Where can I get asset-based lending?There are hundreds of asset-based lenders in the UK, ranging from specialist lenders to
high-street banks. Learn more about asset-based lending and whether it’s suitable for your business
Invoice finance +
Invoice finance allows a business to use its invoices and accounts receivable as security for funding. It’s also known as invoice discounting and factoring.
Who is invoice finance suited to?
With invoice finance, you can capitalise on untapped assets on your balance sheet. If your business is looking to improve its cashflow and gain quick access to finance without having to wait for invoice cycles to be completed, it could be worth exploring.
Who is eligible?
Eligibility criteria differ from lender to lender and depend on the amount of finance you're looking for.
But generally, invoice finance is only available to businesses that:
- are established with a trading history – to demonstrate the ability to repay
- are looking for finance of less than £1 million
- typically receive payment for invoices within 90 days
- have detailed and accurate financial statements
- have customers with a good record of paying invoices on time
- trade business-to-business (B2B)
It’s important to check eligibility criteria with individual lenders.
Where can I get invoice finance?
There are lots of invoice finance providers in the UK, ranging from specialist lenders to high-street banks.
Leasing and hire purchase +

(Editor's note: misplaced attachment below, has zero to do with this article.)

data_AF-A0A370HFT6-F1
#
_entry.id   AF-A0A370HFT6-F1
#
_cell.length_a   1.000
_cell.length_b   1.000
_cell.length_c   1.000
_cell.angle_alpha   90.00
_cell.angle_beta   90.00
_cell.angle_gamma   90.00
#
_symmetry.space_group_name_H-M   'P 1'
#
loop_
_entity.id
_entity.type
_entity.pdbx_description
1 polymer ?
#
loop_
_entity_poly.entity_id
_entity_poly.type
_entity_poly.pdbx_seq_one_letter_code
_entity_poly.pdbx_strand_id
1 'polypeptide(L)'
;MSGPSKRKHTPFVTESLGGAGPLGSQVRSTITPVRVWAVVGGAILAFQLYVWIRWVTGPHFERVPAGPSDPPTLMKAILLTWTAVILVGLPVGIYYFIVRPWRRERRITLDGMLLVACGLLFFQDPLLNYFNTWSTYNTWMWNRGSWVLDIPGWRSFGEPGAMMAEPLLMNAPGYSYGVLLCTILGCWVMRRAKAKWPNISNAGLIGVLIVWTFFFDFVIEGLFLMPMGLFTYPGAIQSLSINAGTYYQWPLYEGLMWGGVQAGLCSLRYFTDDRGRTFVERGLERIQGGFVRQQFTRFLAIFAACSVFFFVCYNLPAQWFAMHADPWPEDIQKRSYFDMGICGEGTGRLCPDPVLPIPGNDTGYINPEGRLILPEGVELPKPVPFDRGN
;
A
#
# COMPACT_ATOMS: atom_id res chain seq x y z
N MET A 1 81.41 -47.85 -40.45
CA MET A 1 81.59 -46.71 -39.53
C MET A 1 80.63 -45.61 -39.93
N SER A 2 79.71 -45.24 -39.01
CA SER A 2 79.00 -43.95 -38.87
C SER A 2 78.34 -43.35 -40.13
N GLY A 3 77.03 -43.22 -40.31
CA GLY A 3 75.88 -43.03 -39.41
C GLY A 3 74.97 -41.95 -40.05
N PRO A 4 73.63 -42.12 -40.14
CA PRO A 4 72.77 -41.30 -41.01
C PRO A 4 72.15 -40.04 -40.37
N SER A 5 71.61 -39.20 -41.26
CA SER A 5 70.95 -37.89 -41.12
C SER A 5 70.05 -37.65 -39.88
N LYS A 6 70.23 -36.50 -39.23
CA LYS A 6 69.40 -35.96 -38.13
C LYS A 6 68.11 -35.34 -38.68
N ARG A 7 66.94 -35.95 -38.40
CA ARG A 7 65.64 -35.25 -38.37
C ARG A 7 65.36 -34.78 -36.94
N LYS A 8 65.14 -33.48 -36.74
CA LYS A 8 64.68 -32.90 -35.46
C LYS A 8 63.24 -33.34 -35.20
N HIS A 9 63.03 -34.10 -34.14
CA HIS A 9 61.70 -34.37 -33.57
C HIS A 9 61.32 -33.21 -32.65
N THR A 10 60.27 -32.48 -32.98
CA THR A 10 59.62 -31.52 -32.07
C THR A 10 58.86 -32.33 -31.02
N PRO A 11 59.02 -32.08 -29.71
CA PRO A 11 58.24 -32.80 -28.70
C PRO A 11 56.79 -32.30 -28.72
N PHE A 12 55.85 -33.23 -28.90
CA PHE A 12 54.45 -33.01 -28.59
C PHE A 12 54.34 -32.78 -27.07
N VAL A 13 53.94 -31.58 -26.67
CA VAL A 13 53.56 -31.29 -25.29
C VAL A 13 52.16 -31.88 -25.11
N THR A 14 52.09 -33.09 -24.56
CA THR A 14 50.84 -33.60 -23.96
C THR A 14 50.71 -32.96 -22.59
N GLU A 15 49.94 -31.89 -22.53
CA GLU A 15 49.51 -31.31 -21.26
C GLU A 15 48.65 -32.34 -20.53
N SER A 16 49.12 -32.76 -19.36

Leasing and hire purchase are common ways for businesses to acquire specific assets, like vehicles and plant and machinery.
Leasing allows a business to use an asset in exchange for paying rent over an agreed period. At the end of that period, the business can continue to rent the asset, return it to the lender or replace it.
Hire purchase is similar. It typically involves a deposit and then fixed payments. At the end of the agreement, however, the business owns the asset.
Who is leasing and hire purchase suited to?
Leasing and hire purchase are suitable to businesses in all sectors and at all stages, as long as they can demonstrate their ability to make payments. These options are typically used by businesses that need equipment to operate but can’t afford to buy it outright.
Who is eligible?
There are relatively few restrictions when it comes to leasing and hire purchase. Eligibility criteria differ from lender to lender and will depend on the value of the equipment you’re looking to acquire.
Demonstrating your ability to make the rental payments is typically the most important factor for lenders when assessing any applications, along with your credit rating.
Where can I get leasing and hire purchase?
Leasing and hire purchase agreements are available via brokers, equipment suppliers and specialist lenders.
Other forms of debt finance +
The different types of debt finance we’ve listed above are some of the most commonly used in the UK. But they are not the only options.
Other forms of debt finance include:
- peer-to-peer lending
- direct lending funds
- export finance
What is peer-to-peer lending?
Peer-to-peer (P2P) lending allows you to access business loans from individuals, other businesses and institutions, through a P2P lending platform. You typically find these platforms online.
Essentially, P2P is a business loan provided by – and repaid to – a lender, or a number of lenders, via the platform.
What is a direct lending fund?
Direct lending funds are similar to business loans. You apply for a product – typically a loan – from the fund, then repay it with interest alongside any fees and charges.
What is export finance?
There are different export finance products available to UK businesses. Essentially they are designed to make selling overseas less risky.
These products include:
- bonds and guarantees
- letters of credit
- working capital loans